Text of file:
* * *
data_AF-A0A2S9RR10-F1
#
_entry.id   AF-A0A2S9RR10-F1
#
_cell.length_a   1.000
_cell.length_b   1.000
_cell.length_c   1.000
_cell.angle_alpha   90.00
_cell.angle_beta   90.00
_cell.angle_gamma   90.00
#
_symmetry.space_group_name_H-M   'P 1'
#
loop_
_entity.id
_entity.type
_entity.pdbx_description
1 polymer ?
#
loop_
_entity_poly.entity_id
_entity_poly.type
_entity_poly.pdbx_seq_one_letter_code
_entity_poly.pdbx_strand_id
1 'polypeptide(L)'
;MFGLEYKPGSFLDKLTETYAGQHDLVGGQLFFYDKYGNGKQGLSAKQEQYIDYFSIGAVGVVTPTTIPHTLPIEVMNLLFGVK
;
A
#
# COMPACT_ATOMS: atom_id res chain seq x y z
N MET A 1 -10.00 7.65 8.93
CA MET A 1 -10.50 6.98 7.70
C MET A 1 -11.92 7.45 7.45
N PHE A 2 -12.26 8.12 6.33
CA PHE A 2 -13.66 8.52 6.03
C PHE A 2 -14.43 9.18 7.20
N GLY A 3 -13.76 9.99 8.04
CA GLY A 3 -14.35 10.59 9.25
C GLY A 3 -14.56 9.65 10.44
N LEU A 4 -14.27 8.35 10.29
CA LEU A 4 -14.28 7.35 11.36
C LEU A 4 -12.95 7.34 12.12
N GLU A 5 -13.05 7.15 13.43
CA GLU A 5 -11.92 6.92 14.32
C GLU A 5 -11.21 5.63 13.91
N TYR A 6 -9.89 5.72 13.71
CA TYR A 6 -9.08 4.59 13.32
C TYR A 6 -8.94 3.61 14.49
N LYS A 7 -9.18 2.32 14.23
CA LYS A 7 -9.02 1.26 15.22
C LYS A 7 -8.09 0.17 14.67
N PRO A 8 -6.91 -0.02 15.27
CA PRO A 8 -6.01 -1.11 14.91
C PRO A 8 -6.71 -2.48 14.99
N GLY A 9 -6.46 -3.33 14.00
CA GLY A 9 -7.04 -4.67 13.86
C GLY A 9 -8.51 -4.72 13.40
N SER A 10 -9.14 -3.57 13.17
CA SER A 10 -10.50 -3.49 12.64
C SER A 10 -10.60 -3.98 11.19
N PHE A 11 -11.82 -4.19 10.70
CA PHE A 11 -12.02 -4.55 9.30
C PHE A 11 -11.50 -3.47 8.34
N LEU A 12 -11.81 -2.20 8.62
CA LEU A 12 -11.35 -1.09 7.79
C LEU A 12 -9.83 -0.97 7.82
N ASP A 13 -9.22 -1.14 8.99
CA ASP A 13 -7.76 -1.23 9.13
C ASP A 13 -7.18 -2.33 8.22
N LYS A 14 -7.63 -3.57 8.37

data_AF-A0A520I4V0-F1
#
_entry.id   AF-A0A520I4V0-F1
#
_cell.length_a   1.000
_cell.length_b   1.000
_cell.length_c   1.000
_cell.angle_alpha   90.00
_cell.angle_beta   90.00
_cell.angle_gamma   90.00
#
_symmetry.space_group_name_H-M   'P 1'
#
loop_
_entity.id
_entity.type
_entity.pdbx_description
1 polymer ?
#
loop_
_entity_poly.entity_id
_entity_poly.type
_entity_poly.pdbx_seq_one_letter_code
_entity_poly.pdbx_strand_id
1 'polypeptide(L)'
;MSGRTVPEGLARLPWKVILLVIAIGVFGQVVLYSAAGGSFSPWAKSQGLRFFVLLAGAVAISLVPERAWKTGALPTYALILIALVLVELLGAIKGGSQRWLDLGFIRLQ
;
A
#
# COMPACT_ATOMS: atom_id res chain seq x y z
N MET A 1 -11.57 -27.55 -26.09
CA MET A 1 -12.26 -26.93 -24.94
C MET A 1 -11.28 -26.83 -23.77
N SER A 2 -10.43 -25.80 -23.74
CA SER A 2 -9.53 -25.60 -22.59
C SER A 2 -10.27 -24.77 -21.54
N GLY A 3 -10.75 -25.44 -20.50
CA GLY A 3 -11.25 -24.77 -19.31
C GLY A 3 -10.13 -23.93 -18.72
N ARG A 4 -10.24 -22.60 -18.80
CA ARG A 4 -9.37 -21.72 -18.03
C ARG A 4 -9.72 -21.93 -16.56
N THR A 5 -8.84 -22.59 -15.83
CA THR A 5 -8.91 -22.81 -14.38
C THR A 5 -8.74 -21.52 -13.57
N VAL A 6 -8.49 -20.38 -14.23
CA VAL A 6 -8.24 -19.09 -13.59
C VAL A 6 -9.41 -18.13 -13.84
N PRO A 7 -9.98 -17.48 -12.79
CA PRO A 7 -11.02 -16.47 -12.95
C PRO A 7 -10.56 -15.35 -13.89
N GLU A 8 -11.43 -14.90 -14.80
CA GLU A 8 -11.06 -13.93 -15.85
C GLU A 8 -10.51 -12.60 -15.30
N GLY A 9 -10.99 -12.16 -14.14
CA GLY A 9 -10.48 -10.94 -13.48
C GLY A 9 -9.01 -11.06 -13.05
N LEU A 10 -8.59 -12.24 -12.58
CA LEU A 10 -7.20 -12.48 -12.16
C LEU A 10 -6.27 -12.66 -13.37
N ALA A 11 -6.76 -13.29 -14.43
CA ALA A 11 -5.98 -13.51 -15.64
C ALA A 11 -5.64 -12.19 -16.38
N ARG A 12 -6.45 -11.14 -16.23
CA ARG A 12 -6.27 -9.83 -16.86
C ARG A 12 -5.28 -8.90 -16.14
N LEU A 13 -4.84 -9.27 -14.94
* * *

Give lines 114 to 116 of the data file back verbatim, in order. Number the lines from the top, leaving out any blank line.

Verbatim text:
CA THR A 5 -8.91 -22.81 -14.38
C THR A 5 -8.74 -21.52 -13.57
N VAL A 6 -8.49 -20.38 -14.23